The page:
So far, relatively few cases of counterfeited medicines have been found in Switzerland. This is primarily because Switzerland's size allows the distribution channels to be relatively neat and transparent. The distribution channels are monitored by the pharmaceutical companies themselves as well as through federal inspection. However, ordering medicines over the internet can present a danger for patients in Switzerland because their origin cannot be traced and such distribution channels escape official monitoring. Numerous unapproved, counterfeited, expired or ineffective medicines of dubious quality can be ordered over the internet. Often misleading claims about the positive effect are made without any mention of possible risks.
Which medicines are forged particularly often?
Live-saving medicines such as antibiotics, malaria, and other medicines specifically used in those countries are counterfeited. According to cases registered with WHO, up to 60% of counterfeiting involves developing countries. In the western part of the world, such as in Europe and the USA, primarily so-called ‘life-style’ products (e.g., steroids, erection aides and dieting aides) are counterfeited. But medicines against diseases which should be treated under a physician's care are also involved (e.g., to lower blood pressure or treat emotional disorders).
From which countries do fake medicines arrive in Switzerland?
As in other countries, particularly the unmonitored importation of medicines from countries such as China, India, Russia or Latin America can have negative consequences for health in Switzerland. However, the logistics of the transport route often hide the actual country of origin so unsure sources from any country should be handled with care.
Who is responsible for the quality of medicines?
Swissmedic (Swiss Agency for Therapeutic Products) is the central office for medicinal product safety. It collaborates closely with the cantonal health authorities to uphold the Swiss drug law. The agency has a published a guideline (pdf 60 KB) which informs about potential dangers in acquiring medicines over the internet. Swissmedic generally warns people about buying medicines from an unmonitored source such as the internet.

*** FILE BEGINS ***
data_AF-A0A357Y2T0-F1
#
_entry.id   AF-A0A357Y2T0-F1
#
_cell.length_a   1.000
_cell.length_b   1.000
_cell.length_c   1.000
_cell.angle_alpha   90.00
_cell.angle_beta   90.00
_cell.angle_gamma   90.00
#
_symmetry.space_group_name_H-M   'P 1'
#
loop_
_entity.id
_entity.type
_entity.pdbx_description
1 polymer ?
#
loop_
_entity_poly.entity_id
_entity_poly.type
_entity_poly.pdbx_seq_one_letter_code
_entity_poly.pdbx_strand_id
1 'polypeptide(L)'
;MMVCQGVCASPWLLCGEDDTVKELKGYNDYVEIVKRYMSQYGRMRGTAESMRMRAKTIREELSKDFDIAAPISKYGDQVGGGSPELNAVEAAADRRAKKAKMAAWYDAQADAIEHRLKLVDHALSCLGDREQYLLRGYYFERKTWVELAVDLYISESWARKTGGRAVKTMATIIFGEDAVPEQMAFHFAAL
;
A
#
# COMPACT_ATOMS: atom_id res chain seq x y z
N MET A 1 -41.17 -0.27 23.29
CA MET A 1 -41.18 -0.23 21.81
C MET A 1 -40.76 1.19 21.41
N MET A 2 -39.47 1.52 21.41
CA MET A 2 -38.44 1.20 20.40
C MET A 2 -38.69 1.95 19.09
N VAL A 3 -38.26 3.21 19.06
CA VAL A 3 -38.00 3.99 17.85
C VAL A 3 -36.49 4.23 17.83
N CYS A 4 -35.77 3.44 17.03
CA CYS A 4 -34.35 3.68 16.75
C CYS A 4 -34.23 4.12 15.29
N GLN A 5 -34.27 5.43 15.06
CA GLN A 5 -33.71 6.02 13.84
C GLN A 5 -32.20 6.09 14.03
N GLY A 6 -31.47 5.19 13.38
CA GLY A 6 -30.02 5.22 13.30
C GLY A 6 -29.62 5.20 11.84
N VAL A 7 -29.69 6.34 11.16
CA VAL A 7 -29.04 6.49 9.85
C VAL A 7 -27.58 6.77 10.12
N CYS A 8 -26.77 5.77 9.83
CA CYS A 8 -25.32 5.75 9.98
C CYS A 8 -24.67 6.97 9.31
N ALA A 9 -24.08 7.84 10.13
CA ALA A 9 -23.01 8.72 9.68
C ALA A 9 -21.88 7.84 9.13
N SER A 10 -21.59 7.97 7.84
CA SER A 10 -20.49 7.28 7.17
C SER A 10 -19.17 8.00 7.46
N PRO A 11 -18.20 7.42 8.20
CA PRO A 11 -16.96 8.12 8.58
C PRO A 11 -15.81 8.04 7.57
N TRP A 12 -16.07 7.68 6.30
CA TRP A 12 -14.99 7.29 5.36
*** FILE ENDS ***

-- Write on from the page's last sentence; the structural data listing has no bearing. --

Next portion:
What are authorities and industry doing against medicinal product counterfeiting in Switzerland?
Swissmedic is responsible for drug and medicinal product safety and for enforcing the drug law (HMG) in Switzerland. It is active in the European Council and at other European and international levels in diverse committees. The national network with authorities such as the customs agents, the police, and the Institute of Intellectual property is important for this. Communication with the pharmaceutical industry and consistent prosecution in cases of infringement are central to the fight against counterfeiting. The industry supports measures by the approval authorities which draw the public’s attention to the risks involved in medicines ordered over the internet. Every pharmaceutical company has its own strategy for products which are particularly vulnerable to counterfeiting: Technological instruments, such as bar codes, can be used to exactly trace the path of a product. To some extent, visually recognizable elements such as holograms or hidden identification marks can also be used.
How does the pharmaceutical industry fight against counterfeiting?
Imports are controlled by Customs. Illegal pharmaceutical imports are seized and Swissmedic initiates an administrative procedure which results in the loss of the medicines and costs for the recipient. In addition to these measures against private importers, measures—partly as international cooperation—are also taken against businesses which distribute illegal counterfeited or unapproved medicines. The pharmaceutical industry is engaged at a broad level in the fight against counterfeiting as well.